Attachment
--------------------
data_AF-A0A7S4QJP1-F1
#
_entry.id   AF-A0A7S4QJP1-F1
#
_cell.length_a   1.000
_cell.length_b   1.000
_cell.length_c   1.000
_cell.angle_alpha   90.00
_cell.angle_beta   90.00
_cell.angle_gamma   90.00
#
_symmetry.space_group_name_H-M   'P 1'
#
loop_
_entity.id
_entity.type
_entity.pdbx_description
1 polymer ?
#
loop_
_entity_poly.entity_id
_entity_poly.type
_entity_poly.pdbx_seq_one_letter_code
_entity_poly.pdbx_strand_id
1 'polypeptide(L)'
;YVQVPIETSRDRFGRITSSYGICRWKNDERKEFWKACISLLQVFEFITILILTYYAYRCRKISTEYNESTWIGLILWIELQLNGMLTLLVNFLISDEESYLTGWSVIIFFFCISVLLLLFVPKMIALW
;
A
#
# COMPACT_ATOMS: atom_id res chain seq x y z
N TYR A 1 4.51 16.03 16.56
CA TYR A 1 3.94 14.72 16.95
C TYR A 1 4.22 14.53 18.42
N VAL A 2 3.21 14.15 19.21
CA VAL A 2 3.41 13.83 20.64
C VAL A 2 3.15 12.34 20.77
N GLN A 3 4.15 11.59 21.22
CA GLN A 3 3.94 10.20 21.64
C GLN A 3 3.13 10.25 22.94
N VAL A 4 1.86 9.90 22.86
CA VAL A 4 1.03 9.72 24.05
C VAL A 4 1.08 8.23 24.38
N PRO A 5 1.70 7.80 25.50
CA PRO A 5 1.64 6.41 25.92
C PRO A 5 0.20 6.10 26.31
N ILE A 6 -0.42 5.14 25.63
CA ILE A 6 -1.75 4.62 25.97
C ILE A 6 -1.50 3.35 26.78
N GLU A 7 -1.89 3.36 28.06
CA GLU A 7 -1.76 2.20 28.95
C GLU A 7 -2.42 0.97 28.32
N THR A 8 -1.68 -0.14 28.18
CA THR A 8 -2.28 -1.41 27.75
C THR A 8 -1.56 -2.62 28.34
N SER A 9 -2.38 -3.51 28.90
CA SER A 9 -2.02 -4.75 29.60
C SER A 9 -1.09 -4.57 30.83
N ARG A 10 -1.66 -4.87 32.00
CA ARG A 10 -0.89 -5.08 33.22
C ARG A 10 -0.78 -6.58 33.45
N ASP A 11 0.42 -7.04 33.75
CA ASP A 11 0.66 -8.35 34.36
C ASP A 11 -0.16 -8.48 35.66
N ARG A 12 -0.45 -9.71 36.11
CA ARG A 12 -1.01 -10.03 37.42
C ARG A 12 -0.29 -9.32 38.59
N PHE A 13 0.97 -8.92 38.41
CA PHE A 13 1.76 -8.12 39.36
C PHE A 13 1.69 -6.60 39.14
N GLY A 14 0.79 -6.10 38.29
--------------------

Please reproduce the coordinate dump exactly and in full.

data_AF-A0A7S4QJP1-F1
#
_entry.id   AF-A0A7S4QJP1-F1
#
_cell.length_a   1.000
_cell.length_b   1.000
_cell.length_c   1.000
_cell.angle_alpha   90.00
_cell.angle_beta   90.00
_cell.angle_gamma   90.00
#
_symmetry.space_group_name_H-M   'P 1'
#
loop_
_entity.id
_entity.type
_entity.pdbx_description
1 polymer ?
#
loop_
_entity_poly.entity_id
_entity_poly.type
_entity_poly.pdbx_seq_one_letter_code
_entity_poly.pdbx_strand_id
1 'polypeptide(L)'
;YVQVPIETSRDRFGRITSSYGICRWKNDERKEFWKACISLLQVFEFITILILTYYAYRCRKISTEYNESTWIGLILWIELQLNGMLTLLVNFLISDEESYLTGWSVIIFFFCISVLLLLFVPKMIALW
;
A
#
# COMPACT_ATOMS: atom_id res chain seq x y z
N TYR A 1 4.51 16.03 16.56
CA TYR A 1 3.94 14.72 16.95
C TYR A 1 4.22 14.53 18.42
N VAL A 2 3.21 14.15 19.21
CA VAL A 2 3.41 13.83 20.64
C VAL A 2 3.15 12.34 20.77
N GLN A 3 4.15 11.59 21.22
CA GLN A 3 3.94 10.20 21.64
C GLN A 3 3.13 10.25 22.94
N VAL A 4 1.86 9.90 22.86
CA VAL A 4 1.03 9.72 24.05
C VAL A 4 1.08 8.23 24.38
N PRO A 5 1.70 7.80 25.50
CA PRO A 5 1.64 6.41 25.92
C PRO A 5 0.20 6.10 26.31
N ILE A 6 -0.42 5.14 25.63
CA ILE A 6 -1.75 4.62 25.97
C ILE A 6 -1.50 3.35 26.78
N GLU A 7 -1.89 3.36 28.06
CA GLU A 7 -1.76 2.20 28.95
C GLU A 7 -2.42 0.97 28.32
N THR A 8 -1.68 -0.14 28.18
CA THR A 8 -2.28 -1.41 27.75
C THR A 8 -1.56 -2.62 28.34
N SER A 9 -2.38 -3.51 28.90
CA SER A 9 -2.02 -4.75 29.60
C SER A 9 -1.09 -4.57 30.83
N ARG A 10 -1.66 -4.87 32.00
CA ARG A 10 -0.89 -5.08 33.22
C ARG A 10 -0.78 -6.58 33.45
N ASP A 11 0.42 -7.04 33.75
CA ASP A 11 0.66 -8.35 34.36
C ASP A 11 -0.16 -8.48 35.66
N ARG A 12 -0.45 -9.71 36.11
CA ARG A 12 -1.01 -10.03 37.42
C ARG A 12 -0.29 -9.32 38.59
N PHE A 13 0.97 -8.92 38.41
CA PHE A 13 1.76 -8.12 39.36
C PHE A 13 1.69 -6.60 39.14
N GLY A 14 0.79 -6.10 38.29